FactCheck ☑️
Nigerian pastor falsely claims Covid-19 jabs are 'death warrants' and mandatory in the country
Nigerian preacher David Oyedepo claimed during a church service that Covid-19 vaccines are effectively death warrants, stating that the jabs were not tested before they were distributed globally. He also told followers that the shots are mandatory in Nigeria. These claims are false; Covid-19 vaccines are recommended in Nigeria, but not obligatory, while the national agency in charge of managing the disease has reported no deaths linked to vaccinations since their rollout began in March 2021. The Covid-19 vaccines endorsed by the World Health Organization have undergone rigorous testing for emergency use approval.
Read the full article: https://factcheck.afp.com/nigerian-pastor-falsely-claims-covid-19-jabs-are-death-warrants-and-mandatory-country

Myth of Ballot Watermarks Flushed Out Again
An audit of ballots and a forensic audit of voting equipment earlier this year found no problems in the 2020 elections in Maricopa County, Arizona. But debunked claims about voter fraud revealed by secret “watermarks” are flowing again on social media amid a Republican-led audit. County officials say no watermarks were used on the ballots.
Read the full article: https://www.factcheck.org/2021/05/myth-of-ballot-watermarks-flushed-out-again/

Post Misleads on Japan’s Policy for Donating Blood After COVID-19 Vaccination
Japan only recently adopted guidelines for accepting blood donations from those who have received COVID-19 vaccines. The guidelines are intended to give donors time to get over any side effects from the vaccine. Without providing that context, a social media post misleadingly claims Japan is “refusing” blood donations from vaccinated people.
Read the full article: https://www.factcheck.org/2021/05/post-misleads-on-japans-policy-for-donating-blood-after-covid-19-vaccination/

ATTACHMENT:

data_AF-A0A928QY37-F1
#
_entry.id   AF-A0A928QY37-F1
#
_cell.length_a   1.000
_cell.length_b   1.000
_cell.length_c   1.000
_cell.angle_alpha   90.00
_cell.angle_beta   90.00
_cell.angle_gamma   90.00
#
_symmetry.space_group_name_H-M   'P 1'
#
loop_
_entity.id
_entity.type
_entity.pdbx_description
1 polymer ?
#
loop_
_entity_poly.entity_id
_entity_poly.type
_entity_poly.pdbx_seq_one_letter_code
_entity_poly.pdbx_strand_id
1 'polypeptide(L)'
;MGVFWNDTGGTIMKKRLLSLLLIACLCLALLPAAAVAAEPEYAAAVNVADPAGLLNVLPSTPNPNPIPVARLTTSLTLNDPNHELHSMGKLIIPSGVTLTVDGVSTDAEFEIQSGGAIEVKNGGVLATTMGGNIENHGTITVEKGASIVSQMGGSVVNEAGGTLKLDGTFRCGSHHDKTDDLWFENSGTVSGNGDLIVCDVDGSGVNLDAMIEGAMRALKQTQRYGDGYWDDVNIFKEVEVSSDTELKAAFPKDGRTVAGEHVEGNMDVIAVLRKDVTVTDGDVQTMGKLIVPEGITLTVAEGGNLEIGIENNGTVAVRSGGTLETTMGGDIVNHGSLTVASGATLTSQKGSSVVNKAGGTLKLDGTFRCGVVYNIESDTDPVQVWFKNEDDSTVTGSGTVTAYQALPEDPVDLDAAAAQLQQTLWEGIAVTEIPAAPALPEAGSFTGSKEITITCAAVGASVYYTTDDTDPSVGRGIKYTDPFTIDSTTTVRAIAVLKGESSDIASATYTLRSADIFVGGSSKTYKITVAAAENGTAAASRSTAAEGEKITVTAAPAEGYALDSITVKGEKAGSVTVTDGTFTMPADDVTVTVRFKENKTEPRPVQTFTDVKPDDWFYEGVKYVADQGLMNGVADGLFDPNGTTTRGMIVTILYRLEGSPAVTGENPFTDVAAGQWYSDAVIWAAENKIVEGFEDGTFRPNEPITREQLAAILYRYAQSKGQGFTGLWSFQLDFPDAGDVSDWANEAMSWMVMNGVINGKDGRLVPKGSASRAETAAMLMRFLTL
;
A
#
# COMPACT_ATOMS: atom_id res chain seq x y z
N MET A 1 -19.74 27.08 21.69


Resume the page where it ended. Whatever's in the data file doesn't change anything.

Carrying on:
Study falsely claims Covid-19 vaccines may cause neurodegenerative diseases
Articles claim a study found that the Covid-19 vaccine developed by Pfizer-BioNTech may cause diseases such as Alzheimer’s. But medical experts say the study linking mRNA shots to neurodegenerative diseases has no scientific basis, the paper is published in a for-profit journal, and is written by a doctor with a history of opposing vaccination.
Read the full article: https://factcheck.afp.com/study-falsely-claims-covid-19-vaccines-may-cause-neurodegenerative-diseases

Korean posts mislead on origin of the English word ‘family’
Social media posts circulating in South Korea claim that the origin of the English word “family” is a combination of the words “father,” “mother” and “I love you.” The claim is false: the Oxford English Dictionary traces the origin of the word “family” to the Latin for “household” or “servant”, while a professor of classical studies pointed out that the definition of “ily” as “I love you” appears to be modern Internet slang.
Read the full article: https://factcheck.afp.com/korean-posts-mislead-origin-english-word-family

Canada’s top court is not hearing case about Covid-19 ‘crimes’
Social media posts claim that the Supreme Court of Canada agreed to hear a case accusing Prime Minister Justin Trudeau, Ontario Premier Doug Ford and other civic officials of “crimes against humanity” for implementing public health measures against Covid-19. This is false; the document used as proof was filed in a provincial court where it was dismissed pending appeal, and the country’s top court confirmed that no such case exists on its docket.
Read the full article: https://factcheck.afp.com/canadas-top-court-not-hearing-case-about-covid-19-crimes

Posts misrepresent US study on dangers of coronavirus spike protein
Multiple Facebook posts have shared parts of a study by US-based scientists that analysed spike proteins of the novel coronavirus. The posts suggest the study is evidence that some Covid-19 vaccines could be harmful. The claim is misleading: both the research institute that published the study and independent experts told AFP that it did not show Covid-19 vaccines are harmful.
Read the full article: https://factcheck.afp.com/posts-misrepresent-us-study-dangers-coronavirus-spike-protein

Checking the truth behind political rhetoric. Debunking false stories and questionable claims. Verifying the factual accuracy of urban legends, folklore, myths, rumors, and misinformation.